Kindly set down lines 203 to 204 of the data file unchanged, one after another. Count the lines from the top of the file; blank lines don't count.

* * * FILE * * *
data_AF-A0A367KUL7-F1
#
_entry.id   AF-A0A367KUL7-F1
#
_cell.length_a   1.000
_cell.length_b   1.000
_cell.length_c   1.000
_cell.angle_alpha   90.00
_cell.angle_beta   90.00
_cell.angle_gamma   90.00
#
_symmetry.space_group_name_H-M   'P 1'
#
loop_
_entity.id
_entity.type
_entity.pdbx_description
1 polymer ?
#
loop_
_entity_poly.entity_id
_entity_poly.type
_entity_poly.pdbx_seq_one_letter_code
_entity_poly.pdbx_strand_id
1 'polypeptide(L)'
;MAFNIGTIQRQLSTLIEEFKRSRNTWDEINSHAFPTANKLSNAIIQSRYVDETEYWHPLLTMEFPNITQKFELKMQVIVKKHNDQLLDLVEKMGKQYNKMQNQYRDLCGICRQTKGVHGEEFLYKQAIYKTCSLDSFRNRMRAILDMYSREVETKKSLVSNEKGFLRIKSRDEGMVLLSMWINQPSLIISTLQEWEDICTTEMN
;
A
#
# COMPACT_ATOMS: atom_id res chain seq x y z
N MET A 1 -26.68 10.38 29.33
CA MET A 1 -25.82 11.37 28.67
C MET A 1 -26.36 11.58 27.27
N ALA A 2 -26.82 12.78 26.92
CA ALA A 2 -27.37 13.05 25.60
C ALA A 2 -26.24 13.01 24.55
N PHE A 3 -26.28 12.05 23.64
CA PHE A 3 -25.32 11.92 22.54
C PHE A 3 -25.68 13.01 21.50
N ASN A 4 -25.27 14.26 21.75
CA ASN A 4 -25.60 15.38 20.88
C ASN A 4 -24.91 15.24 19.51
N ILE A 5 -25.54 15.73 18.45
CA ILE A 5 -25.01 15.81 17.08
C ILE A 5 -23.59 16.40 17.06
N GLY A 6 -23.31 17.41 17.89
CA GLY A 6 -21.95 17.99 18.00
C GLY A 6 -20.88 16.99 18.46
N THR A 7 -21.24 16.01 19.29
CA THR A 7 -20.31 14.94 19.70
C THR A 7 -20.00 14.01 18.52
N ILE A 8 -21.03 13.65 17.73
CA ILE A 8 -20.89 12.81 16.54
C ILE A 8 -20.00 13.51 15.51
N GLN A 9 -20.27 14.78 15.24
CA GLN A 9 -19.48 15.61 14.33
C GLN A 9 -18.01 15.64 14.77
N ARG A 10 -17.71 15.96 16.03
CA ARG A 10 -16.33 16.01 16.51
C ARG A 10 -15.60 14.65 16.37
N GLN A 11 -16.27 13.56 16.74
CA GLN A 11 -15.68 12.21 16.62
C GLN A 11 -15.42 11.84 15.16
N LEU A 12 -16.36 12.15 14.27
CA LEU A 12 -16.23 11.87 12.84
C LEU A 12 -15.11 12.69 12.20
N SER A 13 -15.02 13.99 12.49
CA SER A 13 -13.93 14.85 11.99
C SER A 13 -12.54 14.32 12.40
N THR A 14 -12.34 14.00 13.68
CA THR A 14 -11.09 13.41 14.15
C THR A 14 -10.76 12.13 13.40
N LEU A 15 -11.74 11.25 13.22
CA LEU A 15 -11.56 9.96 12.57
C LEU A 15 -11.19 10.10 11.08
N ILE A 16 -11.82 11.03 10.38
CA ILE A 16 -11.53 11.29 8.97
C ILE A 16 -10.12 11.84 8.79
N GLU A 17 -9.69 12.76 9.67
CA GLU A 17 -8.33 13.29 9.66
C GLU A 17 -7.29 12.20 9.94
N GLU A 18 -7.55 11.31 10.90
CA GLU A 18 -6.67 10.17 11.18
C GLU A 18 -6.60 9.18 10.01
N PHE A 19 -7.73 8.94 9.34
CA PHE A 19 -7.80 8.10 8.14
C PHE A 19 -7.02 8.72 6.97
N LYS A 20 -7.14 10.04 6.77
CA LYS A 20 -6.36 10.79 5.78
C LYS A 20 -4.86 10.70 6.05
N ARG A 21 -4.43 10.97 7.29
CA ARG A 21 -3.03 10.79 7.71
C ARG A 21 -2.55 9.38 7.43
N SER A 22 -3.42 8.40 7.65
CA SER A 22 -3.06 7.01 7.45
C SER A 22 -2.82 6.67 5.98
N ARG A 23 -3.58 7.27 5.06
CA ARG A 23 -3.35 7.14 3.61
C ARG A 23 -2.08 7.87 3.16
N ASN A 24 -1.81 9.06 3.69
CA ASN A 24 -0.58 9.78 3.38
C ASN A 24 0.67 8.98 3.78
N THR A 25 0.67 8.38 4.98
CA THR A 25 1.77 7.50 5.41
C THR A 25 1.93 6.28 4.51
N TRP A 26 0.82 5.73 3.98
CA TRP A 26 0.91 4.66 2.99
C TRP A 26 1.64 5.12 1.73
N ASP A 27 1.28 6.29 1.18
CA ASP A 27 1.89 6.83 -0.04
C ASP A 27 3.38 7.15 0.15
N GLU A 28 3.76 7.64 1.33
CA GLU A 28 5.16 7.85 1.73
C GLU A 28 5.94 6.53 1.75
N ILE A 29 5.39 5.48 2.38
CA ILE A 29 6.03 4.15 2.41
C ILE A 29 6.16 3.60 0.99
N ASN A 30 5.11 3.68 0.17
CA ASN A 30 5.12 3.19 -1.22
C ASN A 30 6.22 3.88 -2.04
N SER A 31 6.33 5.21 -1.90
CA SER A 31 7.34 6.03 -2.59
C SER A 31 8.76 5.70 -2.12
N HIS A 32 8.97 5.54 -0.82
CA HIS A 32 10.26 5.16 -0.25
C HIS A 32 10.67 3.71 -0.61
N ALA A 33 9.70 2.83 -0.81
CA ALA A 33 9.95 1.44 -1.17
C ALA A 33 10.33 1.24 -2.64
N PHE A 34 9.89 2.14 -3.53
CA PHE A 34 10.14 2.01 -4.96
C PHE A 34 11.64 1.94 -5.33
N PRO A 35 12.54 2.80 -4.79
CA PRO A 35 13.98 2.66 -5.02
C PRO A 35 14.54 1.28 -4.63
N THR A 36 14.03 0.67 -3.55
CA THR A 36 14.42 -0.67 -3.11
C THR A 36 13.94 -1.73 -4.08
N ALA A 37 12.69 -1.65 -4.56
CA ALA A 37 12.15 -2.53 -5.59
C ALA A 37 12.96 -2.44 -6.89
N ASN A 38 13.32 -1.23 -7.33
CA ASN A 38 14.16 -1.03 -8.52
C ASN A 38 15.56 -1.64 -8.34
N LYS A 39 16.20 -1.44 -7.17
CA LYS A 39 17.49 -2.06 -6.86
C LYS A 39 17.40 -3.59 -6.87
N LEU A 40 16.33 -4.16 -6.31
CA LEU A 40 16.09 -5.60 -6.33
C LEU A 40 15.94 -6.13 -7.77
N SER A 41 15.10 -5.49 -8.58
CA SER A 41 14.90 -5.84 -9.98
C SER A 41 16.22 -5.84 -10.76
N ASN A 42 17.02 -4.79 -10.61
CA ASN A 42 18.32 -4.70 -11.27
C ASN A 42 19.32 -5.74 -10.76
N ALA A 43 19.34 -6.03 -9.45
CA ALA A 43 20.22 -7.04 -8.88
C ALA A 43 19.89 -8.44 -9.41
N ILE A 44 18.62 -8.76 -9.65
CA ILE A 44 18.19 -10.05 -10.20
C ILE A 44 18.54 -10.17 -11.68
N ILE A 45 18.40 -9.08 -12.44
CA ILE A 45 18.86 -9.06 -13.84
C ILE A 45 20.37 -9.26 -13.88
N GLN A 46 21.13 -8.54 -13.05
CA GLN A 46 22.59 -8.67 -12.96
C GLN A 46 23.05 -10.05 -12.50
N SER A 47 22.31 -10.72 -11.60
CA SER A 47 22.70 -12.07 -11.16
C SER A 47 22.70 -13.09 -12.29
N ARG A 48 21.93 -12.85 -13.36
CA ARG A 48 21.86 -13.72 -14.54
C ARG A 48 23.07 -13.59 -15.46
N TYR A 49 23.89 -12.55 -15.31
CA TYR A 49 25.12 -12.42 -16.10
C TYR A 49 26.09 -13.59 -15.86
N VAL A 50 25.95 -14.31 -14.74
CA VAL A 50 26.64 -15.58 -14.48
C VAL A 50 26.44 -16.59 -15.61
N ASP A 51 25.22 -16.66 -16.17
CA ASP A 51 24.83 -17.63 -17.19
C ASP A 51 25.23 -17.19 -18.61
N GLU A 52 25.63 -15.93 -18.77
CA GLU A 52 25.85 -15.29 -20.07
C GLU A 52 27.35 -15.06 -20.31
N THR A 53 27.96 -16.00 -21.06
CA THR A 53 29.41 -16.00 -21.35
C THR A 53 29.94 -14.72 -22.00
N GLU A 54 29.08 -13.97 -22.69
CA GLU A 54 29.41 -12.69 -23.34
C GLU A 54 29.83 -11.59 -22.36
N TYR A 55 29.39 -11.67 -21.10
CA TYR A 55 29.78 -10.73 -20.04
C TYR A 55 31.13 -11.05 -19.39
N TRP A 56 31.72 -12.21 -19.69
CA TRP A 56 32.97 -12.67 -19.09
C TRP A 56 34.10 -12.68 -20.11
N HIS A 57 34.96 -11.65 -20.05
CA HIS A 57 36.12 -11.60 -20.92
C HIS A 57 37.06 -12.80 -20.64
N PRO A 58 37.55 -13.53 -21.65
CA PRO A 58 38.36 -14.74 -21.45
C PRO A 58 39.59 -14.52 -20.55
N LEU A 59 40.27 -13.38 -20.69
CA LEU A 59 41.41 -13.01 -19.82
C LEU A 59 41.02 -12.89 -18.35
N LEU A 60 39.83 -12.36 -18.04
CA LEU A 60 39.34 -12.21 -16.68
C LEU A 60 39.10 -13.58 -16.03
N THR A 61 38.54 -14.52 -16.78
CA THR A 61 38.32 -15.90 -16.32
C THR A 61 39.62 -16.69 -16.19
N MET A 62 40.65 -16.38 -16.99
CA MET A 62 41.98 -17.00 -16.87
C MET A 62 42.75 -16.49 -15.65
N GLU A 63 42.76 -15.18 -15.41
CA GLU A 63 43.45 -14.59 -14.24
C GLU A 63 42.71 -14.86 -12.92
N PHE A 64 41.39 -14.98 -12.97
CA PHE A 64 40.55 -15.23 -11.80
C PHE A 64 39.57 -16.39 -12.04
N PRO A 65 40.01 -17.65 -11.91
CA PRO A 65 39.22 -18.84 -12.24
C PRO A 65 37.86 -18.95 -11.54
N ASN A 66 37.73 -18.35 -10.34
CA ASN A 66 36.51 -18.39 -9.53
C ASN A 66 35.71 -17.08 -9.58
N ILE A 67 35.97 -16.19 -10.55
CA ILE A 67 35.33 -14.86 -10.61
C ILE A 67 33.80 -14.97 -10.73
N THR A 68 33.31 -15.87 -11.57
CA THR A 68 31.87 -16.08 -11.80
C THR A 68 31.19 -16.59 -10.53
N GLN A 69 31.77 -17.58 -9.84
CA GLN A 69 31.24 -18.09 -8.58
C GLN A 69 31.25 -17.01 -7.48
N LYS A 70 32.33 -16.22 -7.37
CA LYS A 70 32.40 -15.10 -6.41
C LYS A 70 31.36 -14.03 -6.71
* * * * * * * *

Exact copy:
CA PRO A 58 38.36 -14.74 -21.45
C PRO A 58 39.59 -14.52 -20.55